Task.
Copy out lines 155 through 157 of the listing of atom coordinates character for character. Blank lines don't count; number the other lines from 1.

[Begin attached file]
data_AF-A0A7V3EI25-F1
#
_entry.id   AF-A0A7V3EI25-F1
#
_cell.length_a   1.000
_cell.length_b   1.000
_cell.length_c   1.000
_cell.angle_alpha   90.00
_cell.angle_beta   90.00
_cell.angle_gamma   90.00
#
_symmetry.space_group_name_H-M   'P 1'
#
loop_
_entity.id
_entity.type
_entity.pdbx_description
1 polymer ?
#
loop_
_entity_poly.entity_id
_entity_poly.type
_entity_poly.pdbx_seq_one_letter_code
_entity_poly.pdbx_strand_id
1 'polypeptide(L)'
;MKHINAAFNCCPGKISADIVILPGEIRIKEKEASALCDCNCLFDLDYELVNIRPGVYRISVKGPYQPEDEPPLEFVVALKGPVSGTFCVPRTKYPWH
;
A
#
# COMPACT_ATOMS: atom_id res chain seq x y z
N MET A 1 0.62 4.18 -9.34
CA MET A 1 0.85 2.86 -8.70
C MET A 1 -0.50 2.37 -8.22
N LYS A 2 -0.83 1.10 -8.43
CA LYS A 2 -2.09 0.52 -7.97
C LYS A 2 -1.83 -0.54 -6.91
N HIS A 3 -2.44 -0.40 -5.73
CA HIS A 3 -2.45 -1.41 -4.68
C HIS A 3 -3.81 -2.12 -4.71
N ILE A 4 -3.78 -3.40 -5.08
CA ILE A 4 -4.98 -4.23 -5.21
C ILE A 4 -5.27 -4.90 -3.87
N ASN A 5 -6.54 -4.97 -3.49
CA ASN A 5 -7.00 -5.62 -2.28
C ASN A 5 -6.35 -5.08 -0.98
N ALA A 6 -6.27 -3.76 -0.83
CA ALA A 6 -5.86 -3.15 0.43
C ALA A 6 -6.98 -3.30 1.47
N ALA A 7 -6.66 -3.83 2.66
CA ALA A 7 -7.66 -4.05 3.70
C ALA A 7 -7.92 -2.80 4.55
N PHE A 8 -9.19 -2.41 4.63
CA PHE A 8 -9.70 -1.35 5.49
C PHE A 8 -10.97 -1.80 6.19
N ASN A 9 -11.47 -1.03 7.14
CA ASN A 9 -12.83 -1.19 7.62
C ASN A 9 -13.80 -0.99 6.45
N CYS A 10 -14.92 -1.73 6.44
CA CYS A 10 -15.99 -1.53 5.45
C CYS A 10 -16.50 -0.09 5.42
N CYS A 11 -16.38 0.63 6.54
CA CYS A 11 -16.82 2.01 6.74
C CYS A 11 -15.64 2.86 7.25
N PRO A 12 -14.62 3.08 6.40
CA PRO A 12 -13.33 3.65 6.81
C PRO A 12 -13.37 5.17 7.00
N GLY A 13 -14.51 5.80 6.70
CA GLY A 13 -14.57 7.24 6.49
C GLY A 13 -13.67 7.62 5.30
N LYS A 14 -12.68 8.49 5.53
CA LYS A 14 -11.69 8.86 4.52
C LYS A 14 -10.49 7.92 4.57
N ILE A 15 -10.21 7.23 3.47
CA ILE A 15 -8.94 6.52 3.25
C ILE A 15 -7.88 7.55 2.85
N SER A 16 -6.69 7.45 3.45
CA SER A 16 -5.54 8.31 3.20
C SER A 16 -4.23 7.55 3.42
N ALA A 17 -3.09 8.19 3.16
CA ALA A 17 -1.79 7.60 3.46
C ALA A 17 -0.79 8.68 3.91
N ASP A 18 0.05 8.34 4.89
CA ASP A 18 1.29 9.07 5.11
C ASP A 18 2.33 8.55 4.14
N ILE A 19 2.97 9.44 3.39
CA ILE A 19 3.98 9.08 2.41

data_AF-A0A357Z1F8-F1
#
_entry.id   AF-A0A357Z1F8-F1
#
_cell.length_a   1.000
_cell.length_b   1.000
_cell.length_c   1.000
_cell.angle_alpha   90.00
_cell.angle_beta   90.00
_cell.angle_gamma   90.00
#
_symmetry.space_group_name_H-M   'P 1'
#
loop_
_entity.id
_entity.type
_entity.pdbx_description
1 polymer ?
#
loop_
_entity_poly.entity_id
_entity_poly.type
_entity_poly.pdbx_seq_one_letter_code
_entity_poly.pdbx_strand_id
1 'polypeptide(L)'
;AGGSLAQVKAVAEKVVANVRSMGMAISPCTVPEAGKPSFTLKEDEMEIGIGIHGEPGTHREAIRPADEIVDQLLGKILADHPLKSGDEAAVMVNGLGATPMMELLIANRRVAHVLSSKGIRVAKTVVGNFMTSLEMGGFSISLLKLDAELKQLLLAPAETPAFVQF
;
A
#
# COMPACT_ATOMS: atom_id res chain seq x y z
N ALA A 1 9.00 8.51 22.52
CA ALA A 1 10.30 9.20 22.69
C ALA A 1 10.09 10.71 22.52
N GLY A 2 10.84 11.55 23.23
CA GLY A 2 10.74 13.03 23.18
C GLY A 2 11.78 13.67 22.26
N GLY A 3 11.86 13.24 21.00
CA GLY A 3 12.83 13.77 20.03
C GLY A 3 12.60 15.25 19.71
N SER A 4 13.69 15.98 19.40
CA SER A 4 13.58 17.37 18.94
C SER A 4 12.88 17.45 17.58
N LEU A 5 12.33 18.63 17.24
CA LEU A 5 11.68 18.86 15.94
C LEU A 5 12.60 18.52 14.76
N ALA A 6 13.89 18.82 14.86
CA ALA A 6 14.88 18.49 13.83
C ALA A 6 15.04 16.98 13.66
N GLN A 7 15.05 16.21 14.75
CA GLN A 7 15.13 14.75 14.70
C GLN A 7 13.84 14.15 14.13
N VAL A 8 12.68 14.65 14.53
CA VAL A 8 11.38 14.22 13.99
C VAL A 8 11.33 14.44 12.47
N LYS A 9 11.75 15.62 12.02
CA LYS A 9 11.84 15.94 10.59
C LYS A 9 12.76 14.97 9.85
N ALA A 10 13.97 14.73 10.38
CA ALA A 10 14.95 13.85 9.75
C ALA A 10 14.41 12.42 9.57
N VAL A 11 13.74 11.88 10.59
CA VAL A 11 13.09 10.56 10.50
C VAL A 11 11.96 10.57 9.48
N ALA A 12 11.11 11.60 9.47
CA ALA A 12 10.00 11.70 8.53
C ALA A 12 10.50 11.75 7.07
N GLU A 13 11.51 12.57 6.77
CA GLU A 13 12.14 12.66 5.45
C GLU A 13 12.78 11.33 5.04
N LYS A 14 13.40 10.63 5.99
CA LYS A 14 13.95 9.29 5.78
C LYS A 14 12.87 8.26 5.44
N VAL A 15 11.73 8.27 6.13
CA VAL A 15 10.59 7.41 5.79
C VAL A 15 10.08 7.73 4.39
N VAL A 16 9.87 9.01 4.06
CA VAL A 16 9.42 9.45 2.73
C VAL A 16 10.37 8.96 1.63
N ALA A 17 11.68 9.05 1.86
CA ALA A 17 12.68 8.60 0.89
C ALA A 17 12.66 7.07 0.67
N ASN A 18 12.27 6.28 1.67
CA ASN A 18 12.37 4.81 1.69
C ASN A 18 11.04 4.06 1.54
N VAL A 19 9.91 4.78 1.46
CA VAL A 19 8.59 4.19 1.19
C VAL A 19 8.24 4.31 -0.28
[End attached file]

C GLU A 13 12.78 11.33 5.04
N LYS A 14 13.40 10.63 5.99
CA LYS A 14 13.95 9.29 5.78